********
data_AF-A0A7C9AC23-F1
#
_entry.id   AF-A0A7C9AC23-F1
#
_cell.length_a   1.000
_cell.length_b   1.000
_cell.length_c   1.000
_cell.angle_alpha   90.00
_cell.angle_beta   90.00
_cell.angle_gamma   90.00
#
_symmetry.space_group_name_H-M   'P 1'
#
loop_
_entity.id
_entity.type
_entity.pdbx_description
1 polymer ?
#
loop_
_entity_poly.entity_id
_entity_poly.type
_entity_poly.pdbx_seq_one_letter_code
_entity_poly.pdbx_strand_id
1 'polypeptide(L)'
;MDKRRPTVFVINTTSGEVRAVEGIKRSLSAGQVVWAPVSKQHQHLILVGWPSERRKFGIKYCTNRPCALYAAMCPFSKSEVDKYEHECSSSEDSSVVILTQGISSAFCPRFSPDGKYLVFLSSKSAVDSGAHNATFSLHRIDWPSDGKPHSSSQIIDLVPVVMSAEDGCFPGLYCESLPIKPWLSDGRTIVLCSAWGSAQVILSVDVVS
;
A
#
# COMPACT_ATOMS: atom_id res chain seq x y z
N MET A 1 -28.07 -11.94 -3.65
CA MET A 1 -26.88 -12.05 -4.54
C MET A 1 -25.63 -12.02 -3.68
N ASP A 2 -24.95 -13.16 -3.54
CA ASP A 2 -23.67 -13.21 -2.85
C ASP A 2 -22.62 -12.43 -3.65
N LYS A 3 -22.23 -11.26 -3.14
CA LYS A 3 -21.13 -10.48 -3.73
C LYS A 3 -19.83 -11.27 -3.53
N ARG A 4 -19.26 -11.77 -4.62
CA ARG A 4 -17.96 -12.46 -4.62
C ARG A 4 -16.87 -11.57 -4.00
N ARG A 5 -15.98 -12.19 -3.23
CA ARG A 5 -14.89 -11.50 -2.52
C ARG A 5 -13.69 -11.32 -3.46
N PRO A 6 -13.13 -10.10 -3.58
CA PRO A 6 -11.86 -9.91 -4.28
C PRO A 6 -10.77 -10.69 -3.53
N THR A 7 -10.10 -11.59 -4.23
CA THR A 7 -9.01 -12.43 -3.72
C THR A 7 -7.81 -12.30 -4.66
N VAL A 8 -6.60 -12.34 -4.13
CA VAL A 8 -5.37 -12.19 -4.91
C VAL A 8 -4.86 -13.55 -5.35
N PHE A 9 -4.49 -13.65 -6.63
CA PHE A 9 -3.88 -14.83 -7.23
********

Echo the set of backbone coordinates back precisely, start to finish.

data_AF-A0A7C9AC23-F1
#
_entry.id   AF-A0A7C9AC23-F1
#
_cell.length_a   1.000
_cell.length_b   1.000
_cell.length_c   1.000
_cell.angle_alpha   90.00
_cell.angle_beta   90.00
_cell.angle_gamma   90.00
#
_symmetry.space_group_name_H-M   'P 1'
#
loop_
_entity.id
_entity.type
_entity.pdbx_description
1 polymer ?
#
loop_
_entity_poly.entity_id
_entity_poly.type
_entity_poly.pdbx_seq_one_letter_code
_entity_poly.pdbx_strand_id
1 'polypeptide(L)'
;MDKRRPTVFVINTTSGEVRAVEGIKRSLSAGQVVWAPVSKQHQHLILVGWPSERRKFGIKYCTNRPCALYAAMCPFSKSEVDKYEHECSSSEDSSVVILTQGISSAFCPRFSPDGKYLVFLSSKSAVDSGAHNATFSLHRIDWPSDGKPHSSSQIIDLVPVVMSAEDGCFPGLYCESLPIKPWLSDGRTIVLCSAWGSAQVILSVDVVS
;
A
#
# COMPACT_ATOMS: atom_id res chain seq x y z
N MET A 1 -28.07 -11.94 -3.65
CA MET A 1 -26.88 -12.05 -4.54
C MET A 1 -25.63 -12.02 -3.68
N ASP A 2 -24.95 -13.16 -3.54
CA ASP A 2 -23.67 -13.21 -2.85
C ASP A 2 -22.62 -12.43 -3.65
N LYS A 3 -22.23 -11.26 -3.14
CA LYS A 3 -21.13 -10.48 -3.73
C LYS A 3 -19.83 -11.27 -3.53
N ARG A 4 -19.26 -11.77 -4.62
CA ARG A 4 -17.96 -12.46 -4.62
C ARG A 4 -16.87 -11.57 -4.00
N ARG A 5 -15.98 -12.19 -3.23
CA ARG A 5 -14.89 -11.50 -2.52
C ARG A 5 -13.69 -11.32 -3.46
N PRO A 6 -13.13 -10.10 -3.58
CA PRO A 6 -11.86 -9.91 -4.28
C PRO A 6 -10.77 -10.69 -3.53
N THR A 7 -10.10 -11.59 -4.23
CA THR A 7 -9.01 -12.43 -3.72
C THR A 7 -7.81 -12.30 -4.66
N VAL A 8 -6.60 -12.34 -4.13
CA VAL A 8 -5.37 -12.19 -4.91
C VAL A 8 -4.86 -13.55 -5.35
N PHE A 9 -4.49 -13.65 -6.63
CA PHE A 9 -3.88 -14.83 -7.23